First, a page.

Thursday, November 10, 2011

Cowboy curiosity -- Little horses, big personalities

For the past 400 years, paintings by European artists have left us ample proof that little horses had been bred as pets for the children of royalty.  Historical records also suggest small horses were often present in the courts of Europe as popular curiosities.  King Louis XIV of France kept a zoo with all sorts of unusual animals, including tiny horses.  As the popularity of the miniature horse grew, they gained distinction as eager performers in traveling circuses.  The true origin of these little horses is still debated, and the exact origin may never be known; however, because of their heavy shaggy coats, some folks believe they may have originated from small icelandic horses, where weather conditions are cold and harsh.  By the 1950s there were all sorts of small horse breeds around the world, including the Miniature Shetland Pony, the Miniature Toy Horse and the Midget Pony.

Wherever they originated, eventually miniature horses became useful as working horses in the coal mines of Great Britain where they were called "pit ponies."  During the 1800s pit ponies were often imported to the United States to work in Appalachian coal mines.  By the 1970s, with the coal-mining days over, breeders refined miniature horses and began using them to drive pleasure carts.  In 1978 the American Miniature Horse Association (AMHA) was formed to adopt a standard for the breed, maintain a stud book, and keep a registry.  Today, the AMHA has nearly 150,000 registered horses.  Adult miniature horses under 34" at the withers are considered "A" division miniature horses.  Those over 34"up to and including 38", are considered "B" division miniature horses.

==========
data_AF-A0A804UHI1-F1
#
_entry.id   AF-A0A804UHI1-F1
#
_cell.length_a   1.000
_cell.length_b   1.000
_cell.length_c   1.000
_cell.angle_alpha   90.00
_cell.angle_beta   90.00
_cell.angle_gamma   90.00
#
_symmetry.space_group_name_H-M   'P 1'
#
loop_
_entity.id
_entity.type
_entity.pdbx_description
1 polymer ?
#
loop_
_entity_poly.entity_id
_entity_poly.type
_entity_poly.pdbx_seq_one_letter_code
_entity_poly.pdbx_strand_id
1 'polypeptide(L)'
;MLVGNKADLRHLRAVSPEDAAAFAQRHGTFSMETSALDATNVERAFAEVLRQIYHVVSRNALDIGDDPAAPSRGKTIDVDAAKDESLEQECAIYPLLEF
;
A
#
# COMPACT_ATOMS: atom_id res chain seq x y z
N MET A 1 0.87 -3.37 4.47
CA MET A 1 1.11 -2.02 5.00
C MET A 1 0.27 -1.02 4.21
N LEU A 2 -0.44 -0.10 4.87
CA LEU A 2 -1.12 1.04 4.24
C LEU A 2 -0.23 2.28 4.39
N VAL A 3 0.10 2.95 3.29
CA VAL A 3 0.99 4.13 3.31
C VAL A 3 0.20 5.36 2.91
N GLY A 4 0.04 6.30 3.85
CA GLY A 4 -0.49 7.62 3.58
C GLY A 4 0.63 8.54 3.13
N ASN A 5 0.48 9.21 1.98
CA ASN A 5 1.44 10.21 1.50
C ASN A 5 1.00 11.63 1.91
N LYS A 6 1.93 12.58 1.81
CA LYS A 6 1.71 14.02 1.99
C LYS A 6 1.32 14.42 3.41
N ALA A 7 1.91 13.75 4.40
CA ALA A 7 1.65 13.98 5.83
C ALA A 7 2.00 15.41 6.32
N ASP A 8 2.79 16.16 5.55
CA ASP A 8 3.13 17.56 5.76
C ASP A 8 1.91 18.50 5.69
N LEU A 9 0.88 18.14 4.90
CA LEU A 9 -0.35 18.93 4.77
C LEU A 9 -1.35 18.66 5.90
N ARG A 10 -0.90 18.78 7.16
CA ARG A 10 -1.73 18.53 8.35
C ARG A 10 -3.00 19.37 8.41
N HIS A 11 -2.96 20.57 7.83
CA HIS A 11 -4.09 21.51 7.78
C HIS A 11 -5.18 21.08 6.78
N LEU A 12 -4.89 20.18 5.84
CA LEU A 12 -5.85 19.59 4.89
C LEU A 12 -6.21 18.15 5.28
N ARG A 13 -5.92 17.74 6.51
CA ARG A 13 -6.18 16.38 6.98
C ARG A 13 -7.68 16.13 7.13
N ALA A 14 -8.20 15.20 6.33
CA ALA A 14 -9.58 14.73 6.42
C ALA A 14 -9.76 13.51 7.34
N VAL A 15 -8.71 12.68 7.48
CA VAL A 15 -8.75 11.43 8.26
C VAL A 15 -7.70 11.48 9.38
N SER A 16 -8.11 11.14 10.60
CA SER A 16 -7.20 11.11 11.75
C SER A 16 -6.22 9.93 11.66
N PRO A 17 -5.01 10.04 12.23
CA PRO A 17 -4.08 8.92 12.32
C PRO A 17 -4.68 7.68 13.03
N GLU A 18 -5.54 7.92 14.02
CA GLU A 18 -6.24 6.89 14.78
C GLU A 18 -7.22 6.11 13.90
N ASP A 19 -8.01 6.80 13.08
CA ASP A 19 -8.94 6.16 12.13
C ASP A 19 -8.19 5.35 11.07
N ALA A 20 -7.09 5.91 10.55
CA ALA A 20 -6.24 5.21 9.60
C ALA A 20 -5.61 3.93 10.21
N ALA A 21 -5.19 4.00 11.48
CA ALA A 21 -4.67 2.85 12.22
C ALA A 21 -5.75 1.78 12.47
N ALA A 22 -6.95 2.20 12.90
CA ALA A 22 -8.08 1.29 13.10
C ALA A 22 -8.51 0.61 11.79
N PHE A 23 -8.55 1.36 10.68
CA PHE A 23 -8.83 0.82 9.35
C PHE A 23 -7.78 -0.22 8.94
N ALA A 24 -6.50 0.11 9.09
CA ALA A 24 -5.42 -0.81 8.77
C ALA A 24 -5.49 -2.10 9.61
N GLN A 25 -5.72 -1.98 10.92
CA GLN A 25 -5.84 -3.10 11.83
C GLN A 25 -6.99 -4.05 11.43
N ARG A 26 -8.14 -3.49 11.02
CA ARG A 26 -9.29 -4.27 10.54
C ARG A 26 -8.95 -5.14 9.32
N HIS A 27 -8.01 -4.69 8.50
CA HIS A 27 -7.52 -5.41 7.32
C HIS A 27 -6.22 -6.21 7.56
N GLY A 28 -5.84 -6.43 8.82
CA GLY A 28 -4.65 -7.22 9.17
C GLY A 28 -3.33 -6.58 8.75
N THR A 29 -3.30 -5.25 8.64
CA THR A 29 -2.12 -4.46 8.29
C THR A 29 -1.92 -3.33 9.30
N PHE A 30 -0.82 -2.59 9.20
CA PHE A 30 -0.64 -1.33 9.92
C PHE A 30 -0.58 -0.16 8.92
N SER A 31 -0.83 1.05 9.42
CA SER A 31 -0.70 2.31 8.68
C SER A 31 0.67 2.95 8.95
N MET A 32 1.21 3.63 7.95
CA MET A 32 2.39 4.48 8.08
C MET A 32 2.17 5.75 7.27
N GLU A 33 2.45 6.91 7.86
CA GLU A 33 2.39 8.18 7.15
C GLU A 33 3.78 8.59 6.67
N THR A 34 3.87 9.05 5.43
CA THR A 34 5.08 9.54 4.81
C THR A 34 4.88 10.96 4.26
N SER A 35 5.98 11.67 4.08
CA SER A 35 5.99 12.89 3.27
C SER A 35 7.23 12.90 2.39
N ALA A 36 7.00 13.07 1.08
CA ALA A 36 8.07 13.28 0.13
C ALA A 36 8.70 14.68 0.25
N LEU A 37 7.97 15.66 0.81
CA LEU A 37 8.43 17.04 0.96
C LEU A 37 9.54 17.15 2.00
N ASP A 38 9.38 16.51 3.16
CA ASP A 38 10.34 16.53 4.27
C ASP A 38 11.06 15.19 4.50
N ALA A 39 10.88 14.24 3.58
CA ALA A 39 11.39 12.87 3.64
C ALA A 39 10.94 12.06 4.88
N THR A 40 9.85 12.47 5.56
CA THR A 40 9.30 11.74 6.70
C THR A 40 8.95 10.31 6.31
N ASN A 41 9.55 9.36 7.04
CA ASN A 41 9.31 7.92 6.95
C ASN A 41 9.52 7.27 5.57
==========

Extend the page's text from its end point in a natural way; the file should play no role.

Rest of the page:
My little horse is Biggs, short for "Big Enough."  He's a "B" miniature horse that stands 38" when his hooves are freshly trimmed.  He has participated in several Chatsworth Day of the Horse events, and he loves giving children cart rides.

Biggs is also a bit of a ham and was an eager performer during his own liberty class at a show in 2004.

In 2007 Biggs (with driver Eddie Montano, age about 10) pulled this covered wagon for the entire length of the Chatsworth Holiday Parade.

If you see us on the road, please give us a break and pass us carefully.  We are always courteous and try to stay to the right, out of the way of traffic.  In California horses (all sizes) still have the right-of-way over vehicles, but most folks don't know that.

1 comment:

  1. Biggs crossed the Great Divide last night (Feb 16, 2017).

    Adios, vaya con Dios, my Little Amigo.

    Thanks for the memories my little friend. You'll live in my heart forever.